In my soup, letters from the alphabet floated next to an iguana’s foot. I ate the prefix and the toes; flesh and noodles were soft like that of a chicken boiled to destruction. Following that first bite of blue-gray skin and foot–after I had used my tongue to segregate the little bones from the meat–I took a sip of my Amstel Bright. Read more
It was our second night on Oahu and we were trying to find a place to eat, but without reservations nabbing a walk-in two-top required an hour wait. And with a hungry baby and a pregnant wife, the wait just wasn’t doable. And for Waikiki’s subpar food, it was inconceivable. In fact, I lost some grasp on reality when a line, fifty people long, extended from the hostess stand of the Cheesecake Factory and traveled down the block. In what world did people line up for the Cheesecake Factory?
Luaus are touristy, but if you think about them as Hawaii’s version of a Broadway performance (that the locals will never attend), you’ll probably enjoy a luau or two. I attended three, and while there wasn’t a direct diminishing return on the luau experience–the first one was good, the second great, the last awful–I was satisfied after one, but could have gone every night just to watch my toddler break out her hula. So the following review will be biased in the following ways: I gave extra credit to luaus with space so that Harper could dance (there was only one), I gave props to performers who made me laugh (there was only one), and I despised those who served food on cafeteria trays, making much of their meal taste no better than the poi, (which is a trite joke that I’m making here, but will reproach later on. Oh, and there was only one luau to do such a thing). Read more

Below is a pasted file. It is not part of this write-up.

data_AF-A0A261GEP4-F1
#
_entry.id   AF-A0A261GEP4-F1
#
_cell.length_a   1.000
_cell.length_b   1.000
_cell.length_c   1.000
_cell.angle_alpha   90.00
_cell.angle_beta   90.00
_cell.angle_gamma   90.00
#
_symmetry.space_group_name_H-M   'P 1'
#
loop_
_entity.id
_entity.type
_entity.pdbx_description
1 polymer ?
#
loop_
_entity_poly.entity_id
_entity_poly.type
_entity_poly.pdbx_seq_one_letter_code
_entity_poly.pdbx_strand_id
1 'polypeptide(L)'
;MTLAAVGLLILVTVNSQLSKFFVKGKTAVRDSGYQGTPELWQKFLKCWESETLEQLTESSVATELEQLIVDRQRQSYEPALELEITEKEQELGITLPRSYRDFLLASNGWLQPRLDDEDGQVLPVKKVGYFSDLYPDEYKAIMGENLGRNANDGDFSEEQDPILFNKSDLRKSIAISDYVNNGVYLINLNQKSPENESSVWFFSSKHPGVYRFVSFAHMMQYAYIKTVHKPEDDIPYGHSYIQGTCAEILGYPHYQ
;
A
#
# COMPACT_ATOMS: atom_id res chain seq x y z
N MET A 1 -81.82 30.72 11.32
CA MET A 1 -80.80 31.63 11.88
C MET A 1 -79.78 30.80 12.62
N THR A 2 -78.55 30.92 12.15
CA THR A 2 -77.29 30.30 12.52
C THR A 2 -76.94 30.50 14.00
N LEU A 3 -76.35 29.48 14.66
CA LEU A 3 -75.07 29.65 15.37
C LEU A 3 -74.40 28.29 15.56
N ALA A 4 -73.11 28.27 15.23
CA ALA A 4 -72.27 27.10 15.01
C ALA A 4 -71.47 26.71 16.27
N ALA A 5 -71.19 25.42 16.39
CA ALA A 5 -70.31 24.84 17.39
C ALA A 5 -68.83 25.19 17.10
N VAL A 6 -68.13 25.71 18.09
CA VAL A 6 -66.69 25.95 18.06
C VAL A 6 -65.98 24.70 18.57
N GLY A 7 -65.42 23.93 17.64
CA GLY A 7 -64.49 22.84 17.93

There are a few truths about the populations on Oahu: Waikiki is too crowded and the North Shore is too crowded, as well. And while Waikiki is a place worth escaping, as it’s a metastasizing pocket of tourism, much like a swollen appendix, the North Shore is a lovely, must-see destination. Read more
I slid my daughter, Harper, into the carrier on my chest. Marissa steadied a hand on her belly; the baby inside her cartwheeled without much consequence. Beneath us lava bubbled. We walked along the rim of the caldera, which, absent its trees, looked as though we were traveling Mars or the moon. In the distance, the active crater of Kilauea glowed unseen, and along the south coast, also unseen, the road was closed as lava poured down the mountain into the sea. Read more